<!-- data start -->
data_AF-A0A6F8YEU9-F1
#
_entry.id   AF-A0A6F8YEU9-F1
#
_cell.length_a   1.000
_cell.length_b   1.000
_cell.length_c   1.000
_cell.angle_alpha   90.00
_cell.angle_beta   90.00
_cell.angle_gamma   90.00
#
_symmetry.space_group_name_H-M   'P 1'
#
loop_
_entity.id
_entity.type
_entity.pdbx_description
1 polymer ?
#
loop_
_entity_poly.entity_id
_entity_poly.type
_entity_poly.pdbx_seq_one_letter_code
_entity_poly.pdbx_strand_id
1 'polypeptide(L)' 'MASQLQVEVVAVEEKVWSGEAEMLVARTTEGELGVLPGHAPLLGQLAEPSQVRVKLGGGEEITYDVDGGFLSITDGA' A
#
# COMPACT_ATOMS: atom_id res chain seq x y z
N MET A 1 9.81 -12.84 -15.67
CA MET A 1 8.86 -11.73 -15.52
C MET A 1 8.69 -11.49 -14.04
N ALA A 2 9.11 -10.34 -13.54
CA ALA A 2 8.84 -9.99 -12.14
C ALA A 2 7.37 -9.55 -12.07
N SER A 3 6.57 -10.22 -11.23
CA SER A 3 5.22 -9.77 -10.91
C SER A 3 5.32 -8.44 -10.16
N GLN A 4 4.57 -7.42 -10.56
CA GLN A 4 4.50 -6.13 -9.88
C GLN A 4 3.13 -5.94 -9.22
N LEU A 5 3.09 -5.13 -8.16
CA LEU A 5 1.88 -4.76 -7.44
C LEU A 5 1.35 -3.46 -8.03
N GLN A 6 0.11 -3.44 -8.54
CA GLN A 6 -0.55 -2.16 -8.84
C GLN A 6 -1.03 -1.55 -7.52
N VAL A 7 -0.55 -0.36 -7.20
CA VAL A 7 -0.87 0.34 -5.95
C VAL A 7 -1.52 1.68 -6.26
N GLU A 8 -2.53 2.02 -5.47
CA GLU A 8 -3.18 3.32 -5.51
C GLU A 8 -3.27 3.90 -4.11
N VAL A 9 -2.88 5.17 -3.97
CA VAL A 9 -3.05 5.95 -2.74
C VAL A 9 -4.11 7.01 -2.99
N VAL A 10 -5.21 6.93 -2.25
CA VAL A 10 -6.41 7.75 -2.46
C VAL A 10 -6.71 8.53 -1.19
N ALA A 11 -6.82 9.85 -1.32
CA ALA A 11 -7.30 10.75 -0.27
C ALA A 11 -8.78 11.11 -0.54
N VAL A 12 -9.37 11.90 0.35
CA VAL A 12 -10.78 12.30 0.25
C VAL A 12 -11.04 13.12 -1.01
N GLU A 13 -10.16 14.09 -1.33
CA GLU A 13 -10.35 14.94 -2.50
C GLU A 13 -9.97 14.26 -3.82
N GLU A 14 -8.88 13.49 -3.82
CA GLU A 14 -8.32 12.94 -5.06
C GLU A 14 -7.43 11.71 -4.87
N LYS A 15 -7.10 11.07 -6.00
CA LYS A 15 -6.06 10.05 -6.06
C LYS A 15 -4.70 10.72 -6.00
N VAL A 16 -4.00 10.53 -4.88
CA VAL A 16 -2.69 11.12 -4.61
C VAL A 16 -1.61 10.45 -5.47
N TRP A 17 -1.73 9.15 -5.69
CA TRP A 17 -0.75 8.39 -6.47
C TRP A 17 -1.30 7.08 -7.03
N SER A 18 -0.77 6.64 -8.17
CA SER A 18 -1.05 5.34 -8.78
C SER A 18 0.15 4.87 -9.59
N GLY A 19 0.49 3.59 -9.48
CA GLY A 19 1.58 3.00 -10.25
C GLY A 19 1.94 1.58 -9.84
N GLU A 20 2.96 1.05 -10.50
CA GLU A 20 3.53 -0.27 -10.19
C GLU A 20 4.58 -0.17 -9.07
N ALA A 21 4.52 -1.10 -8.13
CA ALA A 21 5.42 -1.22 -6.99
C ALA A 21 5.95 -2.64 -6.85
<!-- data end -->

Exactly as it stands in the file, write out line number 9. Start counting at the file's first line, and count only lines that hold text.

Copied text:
_cell.angle_beta   90.00